Jaclyn Driscoll

Jaclyn Driscoll is the Jefferson City statehouse reporter for St. Louis Public Radio. She joined the politics team in 2019 after spending two years at the Springfield, Illinois NPR affiliate. Jaclyn covered a variety of issues at the statehouse for all of Illinois' public radio stations, but focused primarily on public health and agriculture related policy. Before joining public radio, Jaclyn reported for a couple television stations in Illinois and Iowa as a general assignment reporter.

Jaclyn has an undergraduate degree in History with a middle and secondary education teaching endorsement from Monmouth College. She was the History Department Chair at Greenfield High School in Illinois, but after one year she decided to go back to school for a master's in journalism at DePaul University. Though she has a passion for education and hasn't ruled out teaching again in the future, Jaclyn enjoys the every day excitement that comes with political reporting.

She's a 6th generation descendant on her family farm back in Illinois, but is excited to plant some roots of her own in the Show-Me state. When she isn't busy working, Jaclyn can be found trying to entertain her twin boys who still think she's a cool mom (for now). She loves cheeseburgers, hiking, 2% milk, and binge listening to true crime podcasts.

Missouri Gov. Mike Parson is distancing himself from proposed gun restrictions that he previously supported. 

In a November meeting with the mayors of St. Louis, Kansas City, Columbia and Springfield, Parson agreed to several proposals to help fight violence, including some so-called red flag laws. 

The mayors and the governor laid out a clear initiative: increase funding for witness protection programs and mental health resources, pass a state law that would prohibit minors from buying handguns, and keep guns out of the hands of domestic abusers and violent criminals.

For the second year, legislation aiming to limit the use of seclusion rooms and restraint in Missouri schools has been filed.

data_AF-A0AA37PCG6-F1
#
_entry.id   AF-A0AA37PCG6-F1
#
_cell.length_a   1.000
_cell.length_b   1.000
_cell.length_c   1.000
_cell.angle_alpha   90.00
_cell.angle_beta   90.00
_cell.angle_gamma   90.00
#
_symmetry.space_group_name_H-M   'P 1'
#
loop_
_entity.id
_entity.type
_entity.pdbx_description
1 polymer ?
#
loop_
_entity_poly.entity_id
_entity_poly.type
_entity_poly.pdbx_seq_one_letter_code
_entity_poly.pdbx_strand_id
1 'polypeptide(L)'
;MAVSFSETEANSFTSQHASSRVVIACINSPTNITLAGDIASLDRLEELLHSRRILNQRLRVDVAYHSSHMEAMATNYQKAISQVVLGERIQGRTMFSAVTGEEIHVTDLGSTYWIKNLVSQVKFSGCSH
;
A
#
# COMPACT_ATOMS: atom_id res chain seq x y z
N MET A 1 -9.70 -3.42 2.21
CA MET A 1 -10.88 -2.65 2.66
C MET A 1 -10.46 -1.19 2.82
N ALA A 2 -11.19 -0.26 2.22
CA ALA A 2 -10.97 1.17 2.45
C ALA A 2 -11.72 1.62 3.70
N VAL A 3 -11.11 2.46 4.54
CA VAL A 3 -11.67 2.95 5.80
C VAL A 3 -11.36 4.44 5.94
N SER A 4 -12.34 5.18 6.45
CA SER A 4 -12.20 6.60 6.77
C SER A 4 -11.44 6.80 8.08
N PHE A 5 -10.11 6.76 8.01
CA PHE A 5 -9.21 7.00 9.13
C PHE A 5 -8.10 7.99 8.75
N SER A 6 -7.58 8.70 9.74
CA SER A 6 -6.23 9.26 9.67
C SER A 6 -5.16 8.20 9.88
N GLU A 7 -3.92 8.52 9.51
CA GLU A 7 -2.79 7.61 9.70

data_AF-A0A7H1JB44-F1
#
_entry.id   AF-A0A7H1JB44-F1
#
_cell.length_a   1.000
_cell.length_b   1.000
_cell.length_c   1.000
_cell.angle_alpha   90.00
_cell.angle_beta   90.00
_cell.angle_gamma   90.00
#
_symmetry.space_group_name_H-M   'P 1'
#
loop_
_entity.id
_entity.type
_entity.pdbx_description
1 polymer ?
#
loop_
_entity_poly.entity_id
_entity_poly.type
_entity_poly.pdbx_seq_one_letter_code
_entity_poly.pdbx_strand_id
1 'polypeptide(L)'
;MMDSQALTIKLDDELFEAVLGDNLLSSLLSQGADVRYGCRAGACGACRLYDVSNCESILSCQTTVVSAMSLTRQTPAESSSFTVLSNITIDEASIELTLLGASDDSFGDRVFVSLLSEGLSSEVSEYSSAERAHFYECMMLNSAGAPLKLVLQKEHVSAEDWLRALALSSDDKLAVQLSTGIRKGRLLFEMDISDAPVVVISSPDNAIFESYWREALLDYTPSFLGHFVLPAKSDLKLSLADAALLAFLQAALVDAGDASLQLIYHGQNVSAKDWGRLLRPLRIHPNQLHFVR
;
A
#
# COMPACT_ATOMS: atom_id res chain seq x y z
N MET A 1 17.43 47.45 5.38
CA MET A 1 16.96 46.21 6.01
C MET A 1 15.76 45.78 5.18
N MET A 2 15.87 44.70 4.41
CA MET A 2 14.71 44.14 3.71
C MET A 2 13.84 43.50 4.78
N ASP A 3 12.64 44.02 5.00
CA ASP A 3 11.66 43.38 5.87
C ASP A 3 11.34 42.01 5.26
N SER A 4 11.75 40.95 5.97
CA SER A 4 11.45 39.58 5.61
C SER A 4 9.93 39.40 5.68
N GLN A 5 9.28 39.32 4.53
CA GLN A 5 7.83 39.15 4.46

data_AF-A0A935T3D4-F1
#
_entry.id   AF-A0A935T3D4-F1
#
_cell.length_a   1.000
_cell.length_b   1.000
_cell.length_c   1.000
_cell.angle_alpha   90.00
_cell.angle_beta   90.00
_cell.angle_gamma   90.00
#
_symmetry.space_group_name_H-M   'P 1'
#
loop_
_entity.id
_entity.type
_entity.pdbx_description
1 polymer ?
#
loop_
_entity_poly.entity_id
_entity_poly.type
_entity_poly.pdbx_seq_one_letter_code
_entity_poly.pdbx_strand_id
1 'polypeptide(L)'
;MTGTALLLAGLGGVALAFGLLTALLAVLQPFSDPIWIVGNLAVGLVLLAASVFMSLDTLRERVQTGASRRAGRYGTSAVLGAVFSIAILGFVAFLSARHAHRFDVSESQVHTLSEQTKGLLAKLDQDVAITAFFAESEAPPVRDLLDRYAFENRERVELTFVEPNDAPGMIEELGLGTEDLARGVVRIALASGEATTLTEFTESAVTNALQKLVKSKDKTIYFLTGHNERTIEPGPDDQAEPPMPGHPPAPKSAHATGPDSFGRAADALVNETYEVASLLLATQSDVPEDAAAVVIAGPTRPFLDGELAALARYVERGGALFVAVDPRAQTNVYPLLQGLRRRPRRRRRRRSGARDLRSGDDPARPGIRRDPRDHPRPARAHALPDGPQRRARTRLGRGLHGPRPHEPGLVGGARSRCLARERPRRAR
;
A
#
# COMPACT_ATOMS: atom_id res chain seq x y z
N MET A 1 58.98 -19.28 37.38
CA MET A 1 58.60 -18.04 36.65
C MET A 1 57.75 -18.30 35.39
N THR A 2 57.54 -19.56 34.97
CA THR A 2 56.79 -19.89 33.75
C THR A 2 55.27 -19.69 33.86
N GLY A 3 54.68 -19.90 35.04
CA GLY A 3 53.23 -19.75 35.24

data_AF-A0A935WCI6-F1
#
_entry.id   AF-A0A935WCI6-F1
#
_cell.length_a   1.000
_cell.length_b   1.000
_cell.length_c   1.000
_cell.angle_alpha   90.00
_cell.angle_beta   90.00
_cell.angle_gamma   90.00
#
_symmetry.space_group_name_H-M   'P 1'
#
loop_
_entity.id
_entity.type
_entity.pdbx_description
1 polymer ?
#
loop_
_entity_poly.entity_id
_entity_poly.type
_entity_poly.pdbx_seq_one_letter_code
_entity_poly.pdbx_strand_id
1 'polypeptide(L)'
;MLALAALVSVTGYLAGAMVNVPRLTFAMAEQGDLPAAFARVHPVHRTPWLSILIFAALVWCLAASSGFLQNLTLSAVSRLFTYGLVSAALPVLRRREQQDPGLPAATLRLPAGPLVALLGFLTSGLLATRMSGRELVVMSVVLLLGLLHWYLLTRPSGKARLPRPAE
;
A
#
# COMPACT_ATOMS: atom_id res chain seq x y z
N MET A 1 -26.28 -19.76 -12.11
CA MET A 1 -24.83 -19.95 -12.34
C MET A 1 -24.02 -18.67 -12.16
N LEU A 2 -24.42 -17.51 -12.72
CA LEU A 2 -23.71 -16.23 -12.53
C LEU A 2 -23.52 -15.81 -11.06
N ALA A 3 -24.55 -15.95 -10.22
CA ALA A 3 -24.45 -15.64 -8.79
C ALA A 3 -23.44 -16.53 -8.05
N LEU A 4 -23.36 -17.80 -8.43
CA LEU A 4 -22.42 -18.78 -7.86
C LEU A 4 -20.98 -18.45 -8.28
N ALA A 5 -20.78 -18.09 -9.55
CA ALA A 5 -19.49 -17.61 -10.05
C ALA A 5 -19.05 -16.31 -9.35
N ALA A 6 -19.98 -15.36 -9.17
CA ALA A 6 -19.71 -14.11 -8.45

But this year, with Republican support in the GOP-dominated Legislature and more media attention, the chances of it passing appear more promising, backers say.

State Rep. Ian Mackey, D-Richmond Heights, filed the proposal last year. It passed it out of committee but did not make it to the House floor for a vote. This year, Mackey said lawmakers are much more aware of the issue. 

“Isolating kids, and in many cases telling no one, including the parents,” is happening every day in Missouri schools, Mackey said at a press conference promoting the legislation on Monday. 

The GOP leaders of the Missouri Senate say they plan to make changes in the process for drawing the state’s House and Senate districts a top priority — and are prepared to withstand any opposition among the Democratic caucus.

That makes it basically inevitable that Missouri voters will decide whether they want to retain a new redistricting system that they approved in 2018 — or largely go back to a prior system that was used to craft state legislative maps.

The Missouri General Assembly’s 2020 legislative session began with procedure and ceremony: lawmakers reading the Bill of Rights, new legislators being sworn in and hundreds of bills being formally introduced.

But even though Wednesday’s opening was fairly mundane, legislators from both parties are expecting fierce debates in the coming weeks over state legislative redistricting and gun violence — issues that could play a big role in the impending 2020 elections.

Gun control, Medicaid and redistricting are expected to be the most contentious issues Missouri lawmakers will take up this legislative session. 

House and Senate members return to the state Capitol on Wednesday, and the governor is to deliver his State of the State address a week later on Jan. 15. 

Democrats in both chambers say gun control and urban violence will be at the top of their list of priorities. 

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